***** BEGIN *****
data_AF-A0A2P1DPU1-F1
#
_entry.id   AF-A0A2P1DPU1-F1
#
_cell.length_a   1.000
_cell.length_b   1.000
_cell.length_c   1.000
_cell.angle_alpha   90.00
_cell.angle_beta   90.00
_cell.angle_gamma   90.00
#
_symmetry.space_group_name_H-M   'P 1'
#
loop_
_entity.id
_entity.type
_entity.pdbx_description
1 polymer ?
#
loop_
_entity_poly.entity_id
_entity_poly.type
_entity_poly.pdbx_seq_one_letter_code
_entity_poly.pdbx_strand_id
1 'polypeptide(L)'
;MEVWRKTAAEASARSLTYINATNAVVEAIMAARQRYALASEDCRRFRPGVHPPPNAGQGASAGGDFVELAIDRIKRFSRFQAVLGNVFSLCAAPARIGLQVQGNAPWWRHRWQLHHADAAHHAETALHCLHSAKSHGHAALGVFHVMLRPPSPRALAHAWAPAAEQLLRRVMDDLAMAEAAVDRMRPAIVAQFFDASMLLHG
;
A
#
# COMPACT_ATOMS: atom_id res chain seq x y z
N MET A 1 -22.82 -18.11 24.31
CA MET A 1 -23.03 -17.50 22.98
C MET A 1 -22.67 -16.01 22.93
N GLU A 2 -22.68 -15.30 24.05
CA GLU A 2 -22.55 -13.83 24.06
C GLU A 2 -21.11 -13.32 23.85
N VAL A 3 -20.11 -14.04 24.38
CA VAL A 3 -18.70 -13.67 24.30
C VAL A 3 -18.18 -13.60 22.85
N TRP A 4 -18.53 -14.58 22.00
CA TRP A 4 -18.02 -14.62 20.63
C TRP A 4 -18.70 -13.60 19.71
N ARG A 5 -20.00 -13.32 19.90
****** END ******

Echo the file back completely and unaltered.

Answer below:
data_AF-A0A2P1DPU1-F1
#
_entry.id   AF-A0A2P1DPU1-F1
#
_cell.length_a   1.000
_cell.length_b   1.000
_cell.length_c   1.000
_cell.angle_alpha   90.00
_cell.angle_beta   90.00
_cell.angle_gamma   90.00
#
_symmetry.space_group_name_H-M   'P 1'
#
loop_
_entity.id
_entity.type
_entity.pdbx_description
1 polymer ?
#
loop_
_entity_poly.entity_id
_entity_poly.type
_entity_poly.pdbx_seq_one_letter_code
_entity_poly.pdbx_strand_id
1 'polypeptide(L)'
;MEVWRKTAAEASARSLTYINATNAVVEAIMAARQRYALASEDCRRFRPGVHPPPNAGQGASAGGDFVELAIDRIKRFSRFQAVLGNVFSLCAAPARIGLQVQGNAPWWRHRWQLHHADAAHHAETALHCLHSAKSHGHAALGVFHVMLRPPSPRALAHAWAPAAEQLLRRVMDDLAMAEAAVDRMRPAIVAQFFDASMLLHG
;
A
#
# COMPACT_ATOMS: atom_id res chain seq x y z
N MET A 1 -22.82 -18.11 24.31
CA MET A 1 -23.03 -17.50 22.98
C MET A 1 -22.67 -16.01 22.93
N GLU A 2 -22.68 -15.30 24.05
CA GLU A 2 -22.55 -13.83 24.06
C GLU A 2 -21.11 -13.32 23.85
N VAL A 3 -20.11 -14.04 24.38
CA VAL A 3 -18.70 -13.67 24.30
C VAL A 3 -18.18 -13.60 22.85
N TRP A 4 -18.53 -14.58 22.00
CA TRP A 4 -18.02 -14.62 20.63
C TRP A 4 -18.70 -13.60 19.71
N ARG A 5 -20.00 -13.32 19.90